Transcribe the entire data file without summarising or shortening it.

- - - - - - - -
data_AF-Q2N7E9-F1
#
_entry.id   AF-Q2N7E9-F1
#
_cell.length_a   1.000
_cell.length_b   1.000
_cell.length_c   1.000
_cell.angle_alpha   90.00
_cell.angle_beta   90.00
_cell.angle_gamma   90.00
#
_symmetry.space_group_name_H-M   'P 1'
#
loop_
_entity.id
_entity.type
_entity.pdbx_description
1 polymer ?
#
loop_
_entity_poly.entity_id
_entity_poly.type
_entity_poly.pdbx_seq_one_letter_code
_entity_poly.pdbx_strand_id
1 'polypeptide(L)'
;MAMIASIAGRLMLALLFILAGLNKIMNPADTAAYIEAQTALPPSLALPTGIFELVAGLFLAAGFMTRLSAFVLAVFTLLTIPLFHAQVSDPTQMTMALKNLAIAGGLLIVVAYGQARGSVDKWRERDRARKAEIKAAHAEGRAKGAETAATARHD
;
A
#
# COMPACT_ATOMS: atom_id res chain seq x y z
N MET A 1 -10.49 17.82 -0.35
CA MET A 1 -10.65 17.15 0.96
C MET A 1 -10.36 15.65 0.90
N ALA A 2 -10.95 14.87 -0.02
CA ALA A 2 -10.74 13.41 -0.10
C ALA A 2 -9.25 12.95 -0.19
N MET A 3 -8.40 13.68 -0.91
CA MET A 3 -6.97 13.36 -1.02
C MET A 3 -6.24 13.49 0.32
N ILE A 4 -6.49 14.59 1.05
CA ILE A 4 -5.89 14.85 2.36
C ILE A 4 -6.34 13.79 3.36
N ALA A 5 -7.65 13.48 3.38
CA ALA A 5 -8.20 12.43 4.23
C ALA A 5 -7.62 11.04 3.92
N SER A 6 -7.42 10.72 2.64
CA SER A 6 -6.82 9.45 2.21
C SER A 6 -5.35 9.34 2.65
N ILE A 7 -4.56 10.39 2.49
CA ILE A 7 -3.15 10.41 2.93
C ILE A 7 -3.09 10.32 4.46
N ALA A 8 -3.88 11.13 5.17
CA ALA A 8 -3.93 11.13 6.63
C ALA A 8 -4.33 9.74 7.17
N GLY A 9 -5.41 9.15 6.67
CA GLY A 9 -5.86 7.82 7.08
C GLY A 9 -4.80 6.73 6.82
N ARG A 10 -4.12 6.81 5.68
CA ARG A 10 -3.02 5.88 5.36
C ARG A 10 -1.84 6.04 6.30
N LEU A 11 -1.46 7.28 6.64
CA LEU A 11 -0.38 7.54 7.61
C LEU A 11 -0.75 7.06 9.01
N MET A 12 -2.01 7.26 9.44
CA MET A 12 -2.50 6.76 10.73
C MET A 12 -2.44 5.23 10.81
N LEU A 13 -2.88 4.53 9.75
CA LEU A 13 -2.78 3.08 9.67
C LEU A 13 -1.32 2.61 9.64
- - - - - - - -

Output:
data_AF-Q2N7E9-F1
#
_entry.id   AF-Q2N7E9-F1
#
_cell.length_a   1.000
_cell.length_b   1.000
_cell.length_c   1.000
_cell.angle_alpha   90.00
_cell.angle_beta   90.00
_cell.angle_gamma   90.00
#
_symmetry.space_group_name_H-M   'P 1'
#
loop_
_entity.id
_entity.type
_entity.pdbx_description
1 polymer ?
#
loop_
_entity_poly.entity_id
_entity_poly.type
_entity_poly.pdbx_seq_one_letter_code
_entity_poly.pdbx_strand_id
1 'polypeptide(L)'
;MAMIASIAGRLMLALLFILAGLNKIMNPADTAAYIEAQTALPPSLALPTGIFELVAGLFLAAGFMTRLSAFVLAVFTLLTIPLFHAQVSDPTQMTMALKNLAIAGGLLIVVAYGQARGSVDKWRERDRARKAEIKAAHAEGRAKGAETAATARHD
;
A
#
# COMPACT_ATOMS: atom_id res chain seq x y z
N MET A 1 -10.49 17.82 -0.35
CA MET A 1 -10.65 17.15 0.96
C MET A 1 -10.36 15.65 0.90
N ALA A 2 -10.95 14.87 -0.02
CA ALA A 2 -10.74 13.41 -0.10
C ALA A 2 -9.25 12.95 -0.19
N MET A 3 -8.40 13.68 -0.91
CA MET A 3 -6.97 13.36 -1.02
C MET A 3 -6.24 13.49 0.32
N ILE A 4 -6.49 14.59 1.05
CA ILE A 4 -5.89 14.85 2.36
C ILE A 4 -6.34 13.79 3.36
N ALA A 5 -7.65 13.48 3.38
CA ALA A 5 -8.20 12.43 4.23
C ALA A 5 -7.62 11.04 3.92
N SER A 6 -7.42 10.72 2.64
CA SER A 6 -6.82 9.45 2.21
C SER A 6 -5.35 9.34 2.65
N ILE A 7 -4.56 10.39 2.49
CA ILE A 7 -3.15 10.41 2.93
C ILE A 7 -3.09 10.32 4.46
N ALA A 8 -3.88 11.13 5.17
CA ALA A 8 -3.93 11.13 6.63
C ALA A 8 -4.33 9.74 7.17
N GLY A 9 -5.41 9.15 6.67
CA GLY A 9 -5.86 7.82 7.08
C GLY A 9 -4.80 6.73 6.82
N ARG A 10 -4.12 6.81 5.68
CA ARG A 10 -3.02 5.88 5.36
C ARG A 10 -1.84 6.04 6.30
N LEU A 11 -1.46 7.28 6.64
CA LEU A 11 -0.38 7.54 7.61
C LEU A 11 -0.75 7.06 9.01
N MET A 12 -2.01 7.26 9.44
CA MET A 12 -2.50 6.76 10.73
C MET A 12 -2.44 5.23 10.81
N LEU A 13 -2.88 4.53 9.75
CA LEU A 13 -2.78 3.08 9.67
C LEU A 13 -1.32 2.61 9.64